Business

Finding the Right Managment

I came into the funeral business somewhat reluctantly at age 19 when my father suddenly passed away and mom needed someone who would be interested in carrying on the family business.  I’ve said many times, the Lord knew what he was doing, because as I reluctantly got involved I learned I was pretty good at being a good funeral director/businessman in a small town.  I ended up loving what I did and was able to not only help people in need, which made me feel pretty good, but I was able to financially do well for myself as well as provide solid income for those that worked with me.

However, I would say that I missed some opportunities simply because I always thought that certain things had to be done by me in order for them to be correct.  Operating a funeral home was easy for me.  Managing and especially trusting the instincts of some of my employees was not always so.  I learned a lot later that I could have done better, and enjoyed more time off, if I had given my employees more leeway in how they operated.

I eventually learned that the more responsibility that I gave younger employees, the better they performed and the more they liked their work. . . .they wanted responsibility and challenge. . . not just to be told what to do.  They blossomed when given responsibility and the ability to make a mistake without being taken to task.

So, it was interesting to me when I read this article from the Messenger of Iowa.  Funeral home owner Jayme Lentz of Algona, Iowa, purchased another funeral home in Fort Dodge, Iowa.  However, prior to doing so, he brought in what he refers to as a Managing Partner in Jamie Brundage to manage the operation in that city.  While it is not explicit in the article, it appears that Ms. Brundage is even, at the minimum, a partner in the Fort Dodge location.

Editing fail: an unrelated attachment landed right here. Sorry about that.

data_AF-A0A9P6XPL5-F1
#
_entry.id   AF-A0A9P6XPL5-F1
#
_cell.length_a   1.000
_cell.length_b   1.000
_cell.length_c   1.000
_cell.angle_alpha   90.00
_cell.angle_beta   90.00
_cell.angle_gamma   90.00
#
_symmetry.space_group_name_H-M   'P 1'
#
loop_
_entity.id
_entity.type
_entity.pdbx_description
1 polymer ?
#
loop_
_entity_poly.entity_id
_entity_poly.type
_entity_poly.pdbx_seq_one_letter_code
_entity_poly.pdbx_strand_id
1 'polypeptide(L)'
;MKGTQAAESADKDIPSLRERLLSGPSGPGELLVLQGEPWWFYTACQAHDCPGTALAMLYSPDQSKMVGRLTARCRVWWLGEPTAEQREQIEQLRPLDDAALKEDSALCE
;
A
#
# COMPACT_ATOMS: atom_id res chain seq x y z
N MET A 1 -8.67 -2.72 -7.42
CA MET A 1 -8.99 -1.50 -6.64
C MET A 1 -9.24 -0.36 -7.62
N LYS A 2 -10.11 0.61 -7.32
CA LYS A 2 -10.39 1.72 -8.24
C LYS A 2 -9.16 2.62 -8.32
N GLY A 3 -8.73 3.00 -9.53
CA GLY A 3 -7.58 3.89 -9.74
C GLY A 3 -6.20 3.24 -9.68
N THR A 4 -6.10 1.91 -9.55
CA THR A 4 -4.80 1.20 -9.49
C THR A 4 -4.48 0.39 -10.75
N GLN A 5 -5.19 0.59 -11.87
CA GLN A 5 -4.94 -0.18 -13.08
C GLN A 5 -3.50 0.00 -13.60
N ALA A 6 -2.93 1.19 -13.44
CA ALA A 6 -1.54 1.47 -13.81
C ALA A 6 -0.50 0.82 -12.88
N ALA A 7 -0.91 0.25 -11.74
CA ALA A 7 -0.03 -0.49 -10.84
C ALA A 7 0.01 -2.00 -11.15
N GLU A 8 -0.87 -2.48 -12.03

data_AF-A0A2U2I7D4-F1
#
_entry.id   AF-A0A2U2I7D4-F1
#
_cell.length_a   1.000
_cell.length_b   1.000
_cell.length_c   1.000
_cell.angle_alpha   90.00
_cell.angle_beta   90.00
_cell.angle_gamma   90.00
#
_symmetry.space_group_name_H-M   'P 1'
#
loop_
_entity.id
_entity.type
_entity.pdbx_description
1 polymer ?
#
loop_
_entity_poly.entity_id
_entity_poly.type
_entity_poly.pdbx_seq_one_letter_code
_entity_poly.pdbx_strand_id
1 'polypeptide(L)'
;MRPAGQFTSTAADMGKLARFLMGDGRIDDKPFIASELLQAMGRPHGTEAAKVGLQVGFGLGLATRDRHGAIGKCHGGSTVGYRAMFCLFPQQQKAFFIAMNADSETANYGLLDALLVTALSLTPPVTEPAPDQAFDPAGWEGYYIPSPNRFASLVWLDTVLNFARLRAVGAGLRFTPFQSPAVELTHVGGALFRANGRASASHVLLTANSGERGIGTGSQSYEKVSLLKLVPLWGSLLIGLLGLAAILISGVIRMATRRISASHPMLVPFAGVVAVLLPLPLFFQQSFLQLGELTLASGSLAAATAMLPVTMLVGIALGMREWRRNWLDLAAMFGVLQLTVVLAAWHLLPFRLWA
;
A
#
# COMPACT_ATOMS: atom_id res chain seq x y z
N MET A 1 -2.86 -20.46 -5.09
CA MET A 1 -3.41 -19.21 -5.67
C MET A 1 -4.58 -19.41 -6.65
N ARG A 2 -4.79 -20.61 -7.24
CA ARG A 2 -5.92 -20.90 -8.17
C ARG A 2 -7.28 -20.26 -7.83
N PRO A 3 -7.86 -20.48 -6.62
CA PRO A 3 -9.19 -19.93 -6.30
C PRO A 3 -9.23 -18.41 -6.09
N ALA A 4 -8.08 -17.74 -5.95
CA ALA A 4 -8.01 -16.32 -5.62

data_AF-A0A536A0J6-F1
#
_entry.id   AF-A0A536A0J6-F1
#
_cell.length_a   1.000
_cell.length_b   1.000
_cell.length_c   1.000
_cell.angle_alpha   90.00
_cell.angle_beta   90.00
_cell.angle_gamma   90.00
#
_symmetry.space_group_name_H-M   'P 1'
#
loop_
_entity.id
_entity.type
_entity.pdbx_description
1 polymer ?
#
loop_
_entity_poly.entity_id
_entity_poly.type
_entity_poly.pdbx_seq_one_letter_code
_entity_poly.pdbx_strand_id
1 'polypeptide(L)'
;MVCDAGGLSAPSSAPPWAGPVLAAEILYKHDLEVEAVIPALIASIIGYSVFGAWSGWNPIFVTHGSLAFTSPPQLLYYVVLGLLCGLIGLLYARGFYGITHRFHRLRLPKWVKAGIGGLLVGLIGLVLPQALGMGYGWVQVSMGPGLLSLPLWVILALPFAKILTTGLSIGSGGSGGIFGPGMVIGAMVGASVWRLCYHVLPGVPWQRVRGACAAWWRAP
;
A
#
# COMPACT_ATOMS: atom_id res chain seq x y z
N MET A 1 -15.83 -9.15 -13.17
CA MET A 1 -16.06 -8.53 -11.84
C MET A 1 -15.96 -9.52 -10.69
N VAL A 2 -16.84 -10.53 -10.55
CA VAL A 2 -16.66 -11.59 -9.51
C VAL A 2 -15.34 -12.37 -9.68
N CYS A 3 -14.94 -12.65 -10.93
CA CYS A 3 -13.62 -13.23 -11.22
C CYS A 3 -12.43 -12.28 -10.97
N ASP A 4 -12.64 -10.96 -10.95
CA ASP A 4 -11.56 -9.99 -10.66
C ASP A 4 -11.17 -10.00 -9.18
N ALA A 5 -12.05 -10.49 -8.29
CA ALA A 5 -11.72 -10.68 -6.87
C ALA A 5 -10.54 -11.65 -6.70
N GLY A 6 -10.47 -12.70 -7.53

I find this very wise of Mr. Lentz to know by who and how the newly acquired funeral home will be operated.  He’s putting his trust in another person to manage the business from the get-go.  Because of this, with just a little mentoring and oversight when needed, I think he is following a road to success with an additional chapel.

Since I have retired from active funeral directing I have enjoyed making investments in both money and mentoring of young people’s businesses.  I now have four, and soon to be be five, different businesses that I am invested in and I watch the young people operate them with great results.  About once a month I visit with the owner/operator and give some ideas for the business from my perspective.  The mutual respect we seem to have – their respect for my experience and my respect for their ideas, creativity, and entreprenuership – is an environment that creates value to the business.

And, it is certainly true from what I eventually found in the funeral business. . . .the more responsibility that you give to staff or entreprenuers using your money, the more they will crave the responsibility, and the better job they will do.

From my point of view. . . better late than never to learn this.

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2 Comments

  1. Michael Mallory

    as hard as it is, I can remember the “old days” when apprenticeship meant washing cars and cutting grass, not meeting with families or taking an active role in the prep room, it’s incumbent for us to introduce the new generations to the traditions we hold dear, and at the same time let them show us new ways of doing things. Last night, I wanted to grab the anuresm hooks and raise vessels myself but the apprentice/intern needed to learn ,and develop her own way …..It took longer but it was worth it to see the smile on her face when her struggle was rewarded ….I often turn the families,during funerals to whoever knows them and makes them feel comfortable …I tell my crews, Im just here to make things “legal” and just because Im so darned cute….

  2. You make a great fundamental point here. If management is defined as getting work done through people, leaders/entrepreneurs must invest the time and resources in developing an outstanding team. That is the only way to scale a business and deliver the highest quality service and experience to a large clientele. We must be disciplined not to micromanage and we must let subordinates fall on their faces at times. Too many businesses consist of one boss and a lot of poorly trained helpers. We must all aspire to develop and administer a solid team of smart well-trained professionals.

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